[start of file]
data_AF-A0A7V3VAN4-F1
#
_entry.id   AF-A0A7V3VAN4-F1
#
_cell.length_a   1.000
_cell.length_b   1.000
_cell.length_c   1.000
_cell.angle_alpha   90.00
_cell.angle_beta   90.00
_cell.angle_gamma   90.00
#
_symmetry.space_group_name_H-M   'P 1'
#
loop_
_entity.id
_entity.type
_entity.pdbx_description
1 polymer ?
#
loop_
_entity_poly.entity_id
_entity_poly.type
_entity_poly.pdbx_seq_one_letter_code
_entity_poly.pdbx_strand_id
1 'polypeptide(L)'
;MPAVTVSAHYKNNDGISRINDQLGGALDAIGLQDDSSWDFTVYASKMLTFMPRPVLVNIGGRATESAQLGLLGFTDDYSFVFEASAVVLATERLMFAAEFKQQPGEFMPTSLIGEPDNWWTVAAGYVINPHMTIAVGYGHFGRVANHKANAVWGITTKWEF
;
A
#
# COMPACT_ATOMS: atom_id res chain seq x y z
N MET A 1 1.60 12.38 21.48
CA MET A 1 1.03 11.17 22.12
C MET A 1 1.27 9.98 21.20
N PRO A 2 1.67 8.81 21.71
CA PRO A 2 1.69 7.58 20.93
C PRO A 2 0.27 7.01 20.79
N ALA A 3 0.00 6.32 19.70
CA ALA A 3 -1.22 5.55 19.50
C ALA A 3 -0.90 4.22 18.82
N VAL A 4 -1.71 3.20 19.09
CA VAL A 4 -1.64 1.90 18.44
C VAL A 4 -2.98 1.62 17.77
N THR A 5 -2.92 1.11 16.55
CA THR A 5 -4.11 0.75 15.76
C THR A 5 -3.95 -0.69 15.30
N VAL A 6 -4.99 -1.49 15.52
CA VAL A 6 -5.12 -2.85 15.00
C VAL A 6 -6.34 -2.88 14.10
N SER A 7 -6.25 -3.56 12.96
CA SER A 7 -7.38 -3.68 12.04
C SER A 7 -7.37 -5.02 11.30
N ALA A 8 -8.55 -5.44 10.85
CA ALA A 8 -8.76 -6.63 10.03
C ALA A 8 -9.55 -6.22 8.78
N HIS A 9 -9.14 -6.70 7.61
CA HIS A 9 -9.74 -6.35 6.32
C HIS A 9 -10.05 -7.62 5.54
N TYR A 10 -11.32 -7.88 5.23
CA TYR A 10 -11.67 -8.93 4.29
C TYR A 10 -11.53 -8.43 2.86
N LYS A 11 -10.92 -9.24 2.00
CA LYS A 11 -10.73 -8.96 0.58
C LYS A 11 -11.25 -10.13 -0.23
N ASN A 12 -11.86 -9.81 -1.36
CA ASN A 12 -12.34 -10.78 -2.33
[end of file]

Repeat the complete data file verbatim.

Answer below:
data_AF-A0A7V3VAN4-F1
#
_entry.id   AF-A0A7V3VAN4-F1
#
_cell.length_a   1.000
_cell.length_b   1.000
_cell.length_c   1.000
_cell.angle_alpha   90.00
_cell.angle_beta   90.00
_cell.angle_gamma   90.00
#
_symmetry.space_group_name_H-M   'P 1'
#
loop_
_entity.id
_entity.type
_entity.pdbx_description
1 polymer ?
#
loop_
_entity_poly.entity_id
_entity_poly.type
_entity_poly.pdbx_seq_one_letter_code
_entity_poly.pdbx_strand_id
1 'polypeptide(L)'
;MPAVTVSAHYKNNDGISRINDQLGGALDAIGLQDDSSWDFTVYASKMLTFMPRPVLVNIGGRATESAQLGLLGFTDDYSFVFEASAVVLATERLMFAAEFKQQPGEFMPTSLIGEPDNWWTVAAGYVINPHMTIAVGYGHFGRVANHKANAVWGITTKWEF
;
A
#
# COMPACT_ATOMS: atom_id res chain seq x y z
N MET A 1 1.60 12.38 21.48
CA MET A 1 1.03 11.17 22.12
C MET A 1 1.27 9.98 21.20
N PRO A 2 1.67 8.81 21.71
CA PRO A 2 1.69 7.58 20.93
C PRO A 2 0.27 7.01 20.79
N ALA A 3 0.00 6.32 19.70
CA ALA A 3 -1.22 5.55 19.50
C ALA A 3 -0.90 4.22 18.82
N VAL A 4 -1.71 3.20 19.09
CA VAL A 4 -1.64 1.90 18.44
C VAL A 4 -2.98 1.62 17.77
N THR A 5 -2.92 1.11 16.55
CA THR A 5 -4.11 0.75 15.76
C THR A 5 -3.95 -0.69 15.30
N VAL A 6 -4.99 -1.49 15.52
CA VAL A 6 -5.12 -2.85 15.00
C VAL A 6 -6.34 -2.88 14.10
N SER A 7 -6.25 -3.56 12.96
CA SER A 7 -7.38 -3.68 12.04
C SER A 7 -7.37 -5.02 11.30
N ALA A 8 -8.55 -5.44 10.85
CA ALA A 8 -8.76 -6.63 10.03
C ALA A 8 -9.55 -6.22 8.78
N HIS A 9 -9.14 -6.70 7.61
CA HIS A 9 -9.74 -6.35 6.32
C HIS A 9 -10.05 -7.62 5.54
N TYR A 10 -11.32 -7.88 5.23
CA TYR A 10 -11.67 -8.93 4.29
C TYR A 10 -11.53 -8.43 2.86
N LYS A 11 -10.92 -9.24 2.00
CA LYS A 11 -10.73 -8.96 0.58
C LYS A 11 -11.25 -10.13 -0.23
N ASN A 12 -11.86 -9.81 -1.36
CA ASN A 12 -12.34 -10.78 -2.33